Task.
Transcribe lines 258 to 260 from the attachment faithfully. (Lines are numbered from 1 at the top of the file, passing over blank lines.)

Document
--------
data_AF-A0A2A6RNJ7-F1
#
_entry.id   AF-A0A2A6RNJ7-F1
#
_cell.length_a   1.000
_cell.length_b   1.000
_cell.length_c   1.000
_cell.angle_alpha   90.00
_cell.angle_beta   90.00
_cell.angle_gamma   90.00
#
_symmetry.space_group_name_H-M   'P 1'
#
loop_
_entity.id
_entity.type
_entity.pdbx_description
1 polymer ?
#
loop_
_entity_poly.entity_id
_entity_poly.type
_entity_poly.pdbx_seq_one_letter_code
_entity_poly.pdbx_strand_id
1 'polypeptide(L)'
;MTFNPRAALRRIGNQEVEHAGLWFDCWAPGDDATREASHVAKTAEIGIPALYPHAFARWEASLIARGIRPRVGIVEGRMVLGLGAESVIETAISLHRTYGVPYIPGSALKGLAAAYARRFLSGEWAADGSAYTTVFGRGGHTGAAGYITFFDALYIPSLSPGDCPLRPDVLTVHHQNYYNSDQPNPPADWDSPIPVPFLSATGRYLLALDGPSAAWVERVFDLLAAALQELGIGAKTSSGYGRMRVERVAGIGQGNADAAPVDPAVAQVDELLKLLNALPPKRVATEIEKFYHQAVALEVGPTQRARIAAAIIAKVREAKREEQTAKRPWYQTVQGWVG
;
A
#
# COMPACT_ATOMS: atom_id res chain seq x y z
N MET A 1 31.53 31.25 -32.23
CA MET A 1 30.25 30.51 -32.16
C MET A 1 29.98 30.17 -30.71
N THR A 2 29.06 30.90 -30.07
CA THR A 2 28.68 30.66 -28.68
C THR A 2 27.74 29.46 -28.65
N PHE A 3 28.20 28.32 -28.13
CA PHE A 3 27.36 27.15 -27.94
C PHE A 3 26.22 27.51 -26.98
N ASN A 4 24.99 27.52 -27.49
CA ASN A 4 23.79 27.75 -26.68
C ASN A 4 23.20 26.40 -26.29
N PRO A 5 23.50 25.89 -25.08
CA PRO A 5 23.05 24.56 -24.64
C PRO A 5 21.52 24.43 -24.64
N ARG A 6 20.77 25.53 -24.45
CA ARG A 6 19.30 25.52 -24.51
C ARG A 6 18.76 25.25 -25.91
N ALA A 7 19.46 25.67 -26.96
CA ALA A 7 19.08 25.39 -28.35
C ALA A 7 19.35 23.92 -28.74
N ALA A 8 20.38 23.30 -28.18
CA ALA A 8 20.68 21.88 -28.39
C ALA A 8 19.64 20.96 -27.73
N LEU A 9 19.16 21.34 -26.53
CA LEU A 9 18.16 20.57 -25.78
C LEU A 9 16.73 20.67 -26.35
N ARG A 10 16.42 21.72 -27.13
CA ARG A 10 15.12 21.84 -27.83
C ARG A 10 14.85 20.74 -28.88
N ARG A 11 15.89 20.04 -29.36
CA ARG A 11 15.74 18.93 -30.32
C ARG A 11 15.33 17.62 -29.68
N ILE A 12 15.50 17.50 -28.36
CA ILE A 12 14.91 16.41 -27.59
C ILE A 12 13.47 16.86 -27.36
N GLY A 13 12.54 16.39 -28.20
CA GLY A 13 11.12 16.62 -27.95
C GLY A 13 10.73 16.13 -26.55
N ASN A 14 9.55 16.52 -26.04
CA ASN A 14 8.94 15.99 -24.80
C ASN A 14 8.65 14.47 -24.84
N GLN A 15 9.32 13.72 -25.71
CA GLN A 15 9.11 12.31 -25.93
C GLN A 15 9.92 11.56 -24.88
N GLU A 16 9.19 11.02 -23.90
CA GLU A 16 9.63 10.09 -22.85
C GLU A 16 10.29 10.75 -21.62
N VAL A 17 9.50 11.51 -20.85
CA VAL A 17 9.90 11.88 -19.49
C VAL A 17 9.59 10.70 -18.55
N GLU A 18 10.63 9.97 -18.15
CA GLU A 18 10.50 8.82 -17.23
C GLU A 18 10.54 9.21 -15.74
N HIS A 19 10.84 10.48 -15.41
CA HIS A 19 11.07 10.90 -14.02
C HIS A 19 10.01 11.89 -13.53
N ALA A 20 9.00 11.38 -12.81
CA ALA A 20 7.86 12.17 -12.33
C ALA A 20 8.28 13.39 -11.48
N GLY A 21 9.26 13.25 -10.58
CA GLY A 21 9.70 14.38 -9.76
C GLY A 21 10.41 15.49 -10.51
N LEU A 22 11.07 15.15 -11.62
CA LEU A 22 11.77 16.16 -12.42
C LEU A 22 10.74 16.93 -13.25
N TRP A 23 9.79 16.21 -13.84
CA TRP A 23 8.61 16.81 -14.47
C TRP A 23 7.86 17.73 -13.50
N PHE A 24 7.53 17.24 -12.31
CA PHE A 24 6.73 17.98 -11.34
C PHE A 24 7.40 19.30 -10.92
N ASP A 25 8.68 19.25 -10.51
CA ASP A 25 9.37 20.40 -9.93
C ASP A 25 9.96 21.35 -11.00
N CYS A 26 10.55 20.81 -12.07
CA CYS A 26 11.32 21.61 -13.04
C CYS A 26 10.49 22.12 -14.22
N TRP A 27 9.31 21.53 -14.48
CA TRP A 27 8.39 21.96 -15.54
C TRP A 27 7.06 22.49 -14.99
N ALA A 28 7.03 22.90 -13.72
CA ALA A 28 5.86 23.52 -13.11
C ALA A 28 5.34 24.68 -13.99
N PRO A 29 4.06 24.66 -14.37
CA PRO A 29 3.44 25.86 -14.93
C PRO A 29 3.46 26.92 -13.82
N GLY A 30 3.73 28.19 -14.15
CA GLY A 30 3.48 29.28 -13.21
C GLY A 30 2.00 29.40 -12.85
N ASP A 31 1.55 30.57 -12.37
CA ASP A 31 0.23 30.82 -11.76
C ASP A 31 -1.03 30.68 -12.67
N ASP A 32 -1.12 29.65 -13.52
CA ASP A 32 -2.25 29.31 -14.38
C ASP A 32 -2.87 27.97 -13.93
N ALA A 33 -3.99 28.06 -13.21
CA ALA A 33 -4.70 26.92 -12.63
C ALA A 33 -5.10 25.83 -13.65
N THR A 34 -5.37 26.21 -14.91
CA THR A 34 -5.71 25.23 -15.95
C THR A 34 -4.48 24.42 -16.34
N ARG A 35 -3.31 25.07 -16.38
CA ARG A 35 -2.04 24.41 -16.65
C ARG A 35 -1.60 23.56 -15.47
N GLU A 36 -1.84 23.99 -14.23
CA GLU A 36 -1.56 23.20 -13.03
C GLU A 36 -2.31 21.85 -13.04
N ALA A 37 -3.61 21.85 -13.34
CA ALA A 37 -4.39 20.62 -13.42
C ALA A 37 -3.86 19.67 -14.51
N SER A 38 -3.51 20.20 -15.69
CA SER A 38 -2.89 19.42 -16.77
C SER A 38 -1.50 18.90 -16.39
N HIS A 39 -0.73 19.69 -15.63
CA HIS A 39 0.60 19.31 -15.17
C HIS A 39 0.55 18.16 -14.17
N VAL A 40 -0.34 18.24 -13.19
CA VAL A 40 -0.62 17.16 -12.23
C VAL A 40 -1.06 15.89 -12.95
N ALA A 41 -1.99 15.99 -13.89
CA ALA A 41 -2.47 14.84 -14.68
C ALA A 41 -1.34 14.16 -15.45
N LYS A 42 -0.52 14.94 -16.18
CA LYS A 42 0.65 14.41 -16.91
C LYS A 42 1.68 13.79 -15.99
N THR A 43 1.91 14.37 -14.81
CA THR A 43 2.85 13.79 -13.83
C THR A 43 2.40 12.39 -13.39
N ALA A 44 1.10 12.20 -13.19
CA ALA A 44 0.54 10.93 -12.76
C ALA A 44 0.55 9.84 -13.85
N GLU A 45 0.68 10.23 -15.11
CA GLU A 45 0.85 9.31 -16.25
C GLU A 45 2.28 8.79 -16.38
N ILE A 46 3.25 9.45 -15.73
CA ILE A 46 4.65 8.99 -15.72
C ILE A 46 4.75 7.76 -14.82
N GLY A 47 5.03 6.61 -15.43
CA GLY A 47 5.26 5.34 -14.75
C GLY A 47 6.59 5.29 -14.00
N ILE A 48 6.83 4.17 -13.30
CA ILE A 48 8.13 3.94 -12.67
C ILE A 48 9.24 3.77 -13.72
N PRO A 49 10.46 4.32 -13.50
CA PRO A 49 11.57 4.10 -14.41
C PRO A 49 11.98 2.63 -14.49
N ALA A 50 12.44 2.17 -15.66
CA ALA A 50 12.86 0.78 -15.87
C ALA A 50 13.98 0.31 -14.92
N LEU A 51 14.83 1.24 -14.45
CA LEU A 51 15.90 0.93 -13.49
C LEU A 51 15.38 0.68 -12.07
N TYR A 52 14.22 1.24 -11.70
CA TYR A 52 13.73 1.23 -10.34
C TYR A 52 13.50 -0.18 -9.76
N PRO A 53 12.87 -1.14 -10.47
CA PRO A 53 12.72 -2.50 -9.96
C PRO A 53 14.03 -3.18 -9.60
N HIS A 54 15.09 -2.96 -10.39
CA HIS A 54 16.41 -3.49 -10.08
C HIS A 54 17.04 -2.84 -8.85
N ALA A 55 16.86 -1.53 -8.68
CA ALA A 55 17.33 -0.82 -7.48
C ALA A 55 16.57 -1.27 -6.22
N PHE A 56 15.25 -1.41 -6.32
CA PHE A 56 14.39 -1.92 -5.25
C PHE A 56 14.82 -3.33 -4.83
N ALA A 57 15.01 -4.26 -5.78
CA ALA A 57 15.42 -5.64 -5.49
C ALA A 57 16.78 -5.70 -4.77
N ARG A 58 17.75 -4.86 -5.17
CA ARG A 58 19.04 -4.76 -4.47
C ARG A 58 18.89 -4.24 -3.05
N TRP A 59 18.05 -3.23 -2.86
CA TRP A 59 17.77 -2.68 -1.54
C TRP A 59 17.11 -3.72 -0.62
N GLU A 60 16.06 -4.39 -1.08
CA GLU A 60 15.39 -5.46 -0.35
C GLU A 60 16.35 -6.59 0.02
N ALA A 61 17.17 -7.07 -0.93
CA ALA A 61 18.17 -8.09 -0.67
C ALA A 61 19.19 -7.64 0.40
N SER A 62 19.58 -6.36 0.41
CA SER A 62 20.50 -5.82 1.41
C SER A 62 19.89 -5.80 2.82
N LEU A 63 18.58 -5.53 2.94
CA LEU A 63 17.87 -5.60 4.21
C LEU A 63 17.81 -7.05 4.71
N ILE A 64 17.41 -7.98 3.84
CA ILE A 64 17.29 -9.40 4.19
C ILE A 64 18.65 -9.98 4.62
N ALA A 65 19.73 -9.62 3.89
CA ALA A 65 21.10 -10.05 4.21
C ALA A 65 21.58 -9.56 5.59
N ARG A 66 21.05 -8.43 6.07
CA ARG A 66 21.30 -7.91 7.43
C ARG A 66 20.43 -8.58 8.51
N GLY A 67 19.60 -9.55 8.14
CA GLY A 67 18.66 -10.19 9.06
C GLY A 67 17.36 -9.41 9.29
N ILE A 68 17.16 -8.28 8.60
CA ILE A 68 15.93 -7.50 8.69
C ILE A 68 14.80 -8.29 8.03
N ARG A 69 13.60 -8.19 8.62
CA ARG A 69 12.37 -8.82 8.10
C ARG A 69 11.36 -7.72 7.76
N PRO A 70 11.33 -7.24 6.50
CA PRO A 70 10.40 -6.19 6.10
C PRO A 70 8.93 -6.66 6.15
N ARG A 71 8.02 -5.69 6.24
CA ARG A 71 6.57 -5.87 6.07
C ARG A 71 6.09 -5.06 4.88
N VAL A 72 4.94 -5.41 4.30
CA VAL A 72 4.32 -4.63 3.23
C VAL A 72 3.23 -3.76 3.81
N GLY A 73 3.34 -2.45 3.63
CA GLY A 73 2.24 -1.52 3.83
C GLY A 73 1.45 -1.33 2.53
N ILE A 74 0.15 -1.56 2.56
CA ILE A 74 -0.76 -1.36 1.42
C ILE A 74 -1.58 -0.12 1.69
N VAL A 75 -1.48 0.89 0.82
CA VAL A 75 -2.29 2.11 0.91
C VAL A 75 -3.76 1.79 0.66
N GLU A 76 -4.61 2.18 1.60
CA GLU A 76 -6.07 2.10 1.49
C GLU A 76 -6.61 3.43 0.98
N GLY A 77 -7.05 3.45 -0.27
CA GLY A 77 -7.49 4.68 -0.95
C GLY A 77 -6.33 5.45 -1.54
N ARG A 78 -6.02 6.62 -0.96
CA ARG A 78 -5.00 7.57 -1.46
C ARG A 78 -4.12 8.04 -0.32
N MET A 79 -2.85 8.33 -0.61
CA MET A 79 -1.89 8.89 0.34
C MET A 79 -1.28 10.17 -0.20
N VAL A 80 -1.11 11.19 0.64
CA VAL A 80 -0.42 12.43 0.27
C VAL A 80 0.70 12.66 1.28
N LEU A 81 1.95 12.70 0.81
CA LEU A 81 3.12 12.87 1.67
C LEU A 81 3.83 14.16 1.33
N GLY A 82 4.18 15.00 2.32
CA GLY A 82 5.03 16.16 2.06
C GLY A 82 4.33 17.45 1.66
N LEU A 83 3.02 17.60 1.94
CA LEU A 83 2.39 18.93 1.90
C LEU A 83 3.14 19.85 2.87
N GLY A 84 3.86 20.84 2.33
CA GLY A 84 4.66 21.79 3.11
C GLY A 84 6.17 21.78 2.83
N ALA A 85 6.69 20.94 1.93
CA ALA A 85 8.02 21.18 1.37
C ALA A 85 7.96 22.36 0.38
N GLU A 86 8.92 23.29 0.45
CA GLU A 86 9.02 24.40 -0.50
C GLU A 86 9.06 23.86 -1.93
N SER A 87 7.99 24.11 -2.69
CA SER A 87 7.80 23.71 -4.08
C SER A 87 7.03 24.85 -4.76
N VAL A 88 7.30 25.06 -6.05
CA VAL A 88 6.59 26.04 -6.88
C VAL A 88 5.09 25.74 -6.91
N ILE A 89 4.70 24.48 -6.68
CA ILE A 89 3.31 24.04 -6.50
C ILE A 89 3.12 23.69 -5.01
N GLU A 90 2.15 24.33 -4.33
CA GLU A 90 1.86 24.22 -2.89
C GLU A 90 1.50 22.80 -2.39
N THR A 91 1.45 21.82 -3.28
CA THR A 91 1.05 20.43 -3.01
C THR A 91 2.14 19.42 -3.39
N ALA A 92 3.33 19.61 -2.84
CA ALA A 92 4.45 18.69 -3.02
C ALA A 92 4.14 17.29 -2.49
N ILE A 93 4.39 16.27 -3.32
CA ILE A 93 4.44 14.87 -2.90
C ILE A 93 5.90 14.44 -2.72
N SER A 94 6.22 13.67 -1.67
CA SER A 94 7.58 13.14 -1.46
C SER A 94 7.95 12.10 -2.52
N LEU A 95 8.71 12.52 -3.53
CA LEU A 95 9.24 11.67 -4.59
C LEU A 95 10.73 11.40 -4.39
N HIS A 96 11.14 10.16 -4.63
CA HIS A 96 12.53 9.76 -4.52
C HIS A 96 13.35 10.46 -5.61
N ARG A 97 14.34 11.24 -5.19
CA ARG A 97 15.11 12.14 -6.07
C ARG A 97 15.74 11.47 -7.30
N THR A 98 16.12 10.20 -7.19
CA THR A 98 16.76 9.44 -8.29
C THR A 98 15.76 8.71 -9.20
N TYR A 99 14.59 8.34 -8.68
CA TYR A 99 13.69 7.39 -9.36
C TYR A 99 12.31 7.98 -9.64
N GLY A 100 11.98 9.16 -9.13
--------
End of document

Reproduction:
C GLU A 76 -6.61 3.43 0.98
N GLY A 77 -7.05 3.45 -0.27
CA GLY A 77 -7.49 4.68 -0.95